On Jesus and Political Advocacy

Many of you know my basic approach is to say hey, we need to advocate for the values of Jesus when it comes to public policy. (however imperfectly)  But as I'm reading in a book by Eugine Peterson titled The Jesus Way, it is not enough to believe in the theology or the values of Jesus. We need to behave like Jesus, we need to follow the way of Jesus. We have to do the right thing, the right way. (obviously)  For that reason, Eugine quickly moves beyond personal lifestyle questions, (who doesn't think they ought be like Jesus) and starts asking hard questions about how we do life in community, how we lead church, and how we live in a pluralistic democracy.  What Peterson goes on to illustrate is that there is a tension between standing up for what is right and how that is done.  For example, contrast the following two passages.

Do not suppose that I have come to bring peace to the earth. I did not come to bring peace, but a sword. - Matthew 10:34

You have heard that it was said, ‘Love your neighbor and hate your enemy.’ But I tell you, love your enemies and pray for those who persecute you.  Matthew 5:43-44 

So which is it Jesus, the way of the sword or the way of love? If I want to fight for your values Jesus, (as I define them) sometimes using violent and coercive means when necessary, is that ok?
As Jesus was eating the last supper with his disciples, an interesting conversation takes place.  What has impacted me in particular is what some of the implications of this passage might be for how I think about, talk about, and engage in politics, among other things.

Excerpts from Luke 22                                                                                                                    
Jesus starts by saying: "But now if you have a purse, take it, and also a bag; and if you don’t have a sword, sell your cloak and buy one."

“See, Lord, here are two swords.” say the disciples.

“That’s enough!” he replied.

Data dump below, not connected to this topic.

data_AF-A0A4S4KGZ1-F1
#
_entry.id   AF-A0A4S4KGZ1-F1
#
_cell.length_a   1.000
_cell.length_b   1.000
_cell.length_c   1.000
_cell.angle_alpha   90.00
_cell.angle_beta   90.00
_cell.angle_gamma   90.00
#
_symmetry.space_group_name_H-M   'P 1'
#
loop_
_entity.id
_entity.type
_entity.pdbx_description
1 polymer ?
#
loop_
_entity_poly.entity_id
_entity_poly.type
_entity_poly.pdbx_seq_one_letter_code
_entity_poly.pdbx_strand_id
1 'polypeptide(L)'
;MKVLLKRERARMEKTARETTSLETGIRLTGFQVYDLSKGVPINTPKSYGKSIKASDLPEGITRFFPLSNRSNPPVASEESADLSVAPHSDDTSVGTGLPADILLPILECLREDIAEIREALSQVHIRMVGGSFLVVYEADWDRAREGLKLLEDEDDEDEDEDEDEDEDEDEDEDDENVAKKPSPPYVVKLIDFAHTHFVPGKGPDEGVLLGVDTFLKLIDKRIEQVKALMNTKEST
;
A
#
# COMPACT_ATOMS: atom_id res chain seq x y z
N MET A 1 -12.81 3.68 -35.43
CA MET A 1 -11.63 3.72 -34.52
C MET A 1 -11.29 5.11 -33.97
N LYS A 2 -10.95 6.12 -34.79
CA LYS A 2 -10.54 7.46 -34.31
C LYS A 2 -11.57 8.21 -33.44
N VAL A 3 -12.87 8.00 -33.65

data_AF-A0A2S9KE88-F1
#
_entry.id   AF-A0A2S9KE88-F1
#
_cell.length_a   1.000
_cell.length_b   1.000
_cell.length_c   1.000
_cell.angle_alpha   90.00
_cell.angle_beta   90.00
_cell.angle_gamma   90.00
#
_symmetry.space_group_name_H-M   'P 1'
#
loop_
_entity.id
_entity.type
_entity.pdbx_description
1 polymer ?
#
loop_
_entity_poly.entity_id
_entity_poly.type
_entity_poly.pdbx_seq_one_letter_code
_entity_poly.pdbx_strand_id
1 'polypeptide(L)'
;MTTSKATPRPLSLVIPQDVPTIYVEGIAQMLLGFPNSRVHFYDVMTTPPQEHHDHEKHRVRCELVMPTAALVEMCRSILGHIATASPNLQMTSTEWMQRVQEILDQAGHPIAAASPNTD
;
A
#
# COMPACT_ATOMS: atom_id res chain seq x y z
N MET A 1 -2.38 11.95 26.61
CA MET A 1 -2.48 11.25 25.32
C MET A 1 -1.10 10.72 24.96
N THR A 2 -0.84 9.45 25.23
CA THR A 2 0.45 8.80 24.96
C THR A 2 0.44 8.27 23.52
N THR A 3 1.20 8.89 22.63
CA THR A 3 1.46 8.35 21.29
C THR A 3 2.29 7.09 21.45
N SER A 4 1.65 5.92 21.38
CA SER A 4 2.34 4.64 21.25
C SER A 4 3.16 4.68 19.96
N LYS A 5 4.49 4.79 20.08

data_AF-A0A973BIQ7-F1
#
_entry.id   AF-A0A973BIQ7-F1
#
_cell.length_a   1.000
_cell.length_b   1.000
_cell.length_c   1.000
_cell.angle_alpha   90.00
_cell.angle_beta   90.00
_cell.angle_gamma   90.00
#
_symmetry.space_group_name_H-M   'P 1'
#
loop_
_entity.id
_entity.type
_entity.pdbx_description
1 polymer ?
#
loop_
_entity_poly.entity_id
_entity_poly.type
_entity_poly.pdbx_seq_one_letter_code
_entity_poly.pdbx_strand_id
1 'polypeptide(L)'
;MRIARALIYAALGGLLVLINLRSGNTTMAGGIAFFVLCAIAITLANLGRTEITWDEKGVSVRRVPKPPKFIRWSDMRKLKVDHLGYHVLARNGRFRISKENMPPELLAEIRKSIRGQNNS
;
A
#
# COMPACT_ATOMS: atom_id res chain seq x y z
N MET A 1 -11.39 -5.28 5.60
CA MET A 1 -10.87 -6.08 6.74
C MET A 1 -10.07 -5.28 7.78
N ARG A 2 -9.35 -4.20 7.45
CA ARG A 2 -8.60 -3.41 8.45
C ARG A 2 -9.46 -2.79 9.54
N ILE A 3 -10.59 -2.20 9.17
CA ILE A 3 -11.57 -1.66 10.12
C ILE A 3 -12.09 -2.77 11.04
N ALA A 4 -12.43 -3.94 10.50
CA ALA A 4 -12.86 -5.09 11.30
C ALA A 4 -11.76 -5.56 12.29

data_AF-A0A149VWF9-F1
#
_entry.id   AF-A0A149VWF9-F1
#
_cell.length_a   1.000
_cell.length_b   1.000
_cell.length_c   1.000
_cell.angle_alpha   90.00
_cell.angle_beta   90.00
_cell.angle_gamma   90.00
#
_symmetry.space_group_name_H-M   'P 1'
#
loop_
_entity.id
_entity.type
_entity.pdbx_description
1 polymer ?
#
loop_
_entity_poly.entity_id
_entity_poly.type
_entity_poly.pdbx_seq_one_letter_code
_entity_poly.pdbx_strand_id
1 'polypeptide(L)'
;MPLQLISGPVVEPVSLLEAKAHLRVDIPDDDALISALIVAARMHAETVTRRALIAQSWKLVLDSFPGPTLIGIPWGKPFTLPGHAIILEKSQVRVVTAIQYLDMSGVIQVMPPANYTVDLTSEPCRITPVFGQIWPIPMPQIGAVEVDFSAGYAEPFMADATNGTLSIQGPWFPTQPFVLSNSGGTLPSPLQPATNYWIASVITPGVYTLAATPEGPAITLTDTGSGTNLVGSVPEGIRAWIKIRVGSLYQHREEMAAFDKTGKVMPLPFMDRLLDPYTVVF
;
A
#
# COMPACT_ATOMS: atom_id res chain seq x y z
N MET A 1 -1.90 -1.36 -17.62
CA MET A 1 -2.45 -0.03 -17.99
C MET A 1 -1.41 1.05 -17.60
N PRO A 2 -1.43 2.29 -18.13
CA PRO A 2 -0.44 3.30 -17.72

I'm with the disciples, I'm confused.

Apparently they were still thinking about Jesus admonition to buy swords a few hours latter when this went down.

While he was still speaking a crowd came up, and the man who was called Judas, one of the Twelve, was leading them. He approached Jesus to kiss him, but Jesus asked him, “Judas, are you betraying the Son of Man with a kiss?”

When Jesus’ followers saw what was going to happen, they said, “Lord, should we strike with our swords?” And one of them struck the servant of the high priest, cutting off his right ear.

But Jesus answered, “No more of this!” And he touched the man’s ear and healed him.

I'm with Peter. I have some swords to bring to this fight, and if you disagree with me, I just might lop off your ear.

These are hard passages for us political junkies who claim Christ as our example.  Again we are confronted with the question.  Do we follow the way of the sword or the way of healing?

Swords and labor strikes and legislative power plays, maybe they are all the same thing, maybe it is utterly impossible to engage in politics and love your enemy.  Now, the fact is, I think some Christians are called to be intimately involved in politics.  But when we consider the example of Jesus...  truly these are the "hard teachings" of Christ.  We all want to be the greatest, we want to win, (so we can help others of course) we want to "save the world" but unfortunately, some of us will do anything to accomplish this.  If the good of others and the communities we live in is truly our aim, than we have to stop and consider not just the teaching or theology of Jesus...   but the way of Jesus.

A dispute also arose among them as to which of them was considered to be greatest. Jesus said to them, “The kings of the Gentiles lord it over them; and those who exercise authority over them call themselves Benefactors. But you are not to be like that. Instead, the greatest among you should be like the youngest, and the one who rules like the one who serves. - Luke 22:24-26

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